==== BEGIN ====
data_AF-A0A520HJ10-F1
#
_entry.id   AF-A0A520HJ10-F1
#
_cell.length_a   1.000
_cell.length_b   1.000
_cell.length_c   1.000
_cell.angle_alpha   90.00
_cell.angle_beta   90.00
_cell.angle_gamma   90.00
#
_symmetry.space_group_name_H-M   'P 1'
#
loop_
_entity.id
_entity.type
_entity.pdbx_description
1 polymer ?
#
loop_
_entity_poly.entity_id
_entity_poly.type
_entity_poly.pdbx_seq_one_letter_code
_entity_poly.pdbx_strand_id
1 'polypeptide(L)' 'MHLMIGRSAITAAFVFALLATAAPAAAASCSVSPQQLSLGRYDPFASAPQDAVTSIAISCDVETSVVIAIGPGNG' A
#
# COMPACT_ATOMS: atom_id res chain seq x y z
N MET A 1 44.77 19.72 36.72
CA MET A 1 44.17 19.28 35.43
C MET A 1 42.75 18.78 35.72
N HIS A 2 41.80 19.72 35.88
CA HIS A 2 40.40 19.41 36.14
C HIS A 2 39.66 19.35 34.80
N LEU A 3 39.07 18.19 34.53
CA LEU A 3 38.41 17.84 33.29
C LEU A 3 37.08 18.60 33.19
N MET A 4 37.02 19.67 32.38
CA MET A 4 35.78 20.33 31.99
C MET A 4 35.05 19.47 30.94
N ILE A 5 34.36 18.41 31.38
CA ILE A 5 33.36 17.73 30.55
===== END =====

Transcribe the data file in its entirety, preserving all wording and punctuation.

data_AF-A0A520HJ10-F1
#
_entry.id   AF-A0A520HJ10-F1
#
_cell.length_a   1.000
_cell.length_b   1.000
_cell.length_c   1.000
_cell.angle_alpha   90.00
_cell.angle_beta   90.00
_cell.angle_gamma   90.00
#
_symmetry.space_group_name_H-M   'P 1'
#
loop_
_entity.id
_entity.type
_entity.pdbx_description
1 polymer ?
#
loop_
_entity_poly.entity_id
_entity_poly.type
_entity_poly.pdbx_seq_one_letter_code
_entity_poly.pdbx_strand_id
1 'polypeptide(L)' 'MHLMIGRSAITAAFVFALLATAAPAAAASCSVSPQQLSLGRYDPFASAPQDAVTSIAISCDVETSVVIAIGPGNG' A
#
# COMPACT_ATOMS: atom_id res chain seq x y z
N MET A 1 44.77 19.72 36.72
CA MET A 1 44.17 19.28 35.43
C MET A 1 42.75 18.78 35.72
N HIS A 2 41.80 19.72 35.88
CA HIS A 2 40.40 19.41 36.14
C HIS A 2 39.66 19.35 34.80
N LEU A 3 39.07 18.19 34.53
CA LEU A 3 38.41 17.84 33.29
C LEU A 3 37.08 18.60 33.19
N MET A 4 37.02 19.67 32.38
CA MET A 4 35.78 20.33 31.99
C MET A 4 35.05 19.47 30.94
N ILE A 5 34.36 18.41 31.38
CA ILE A 5 33.36 17.73 30.55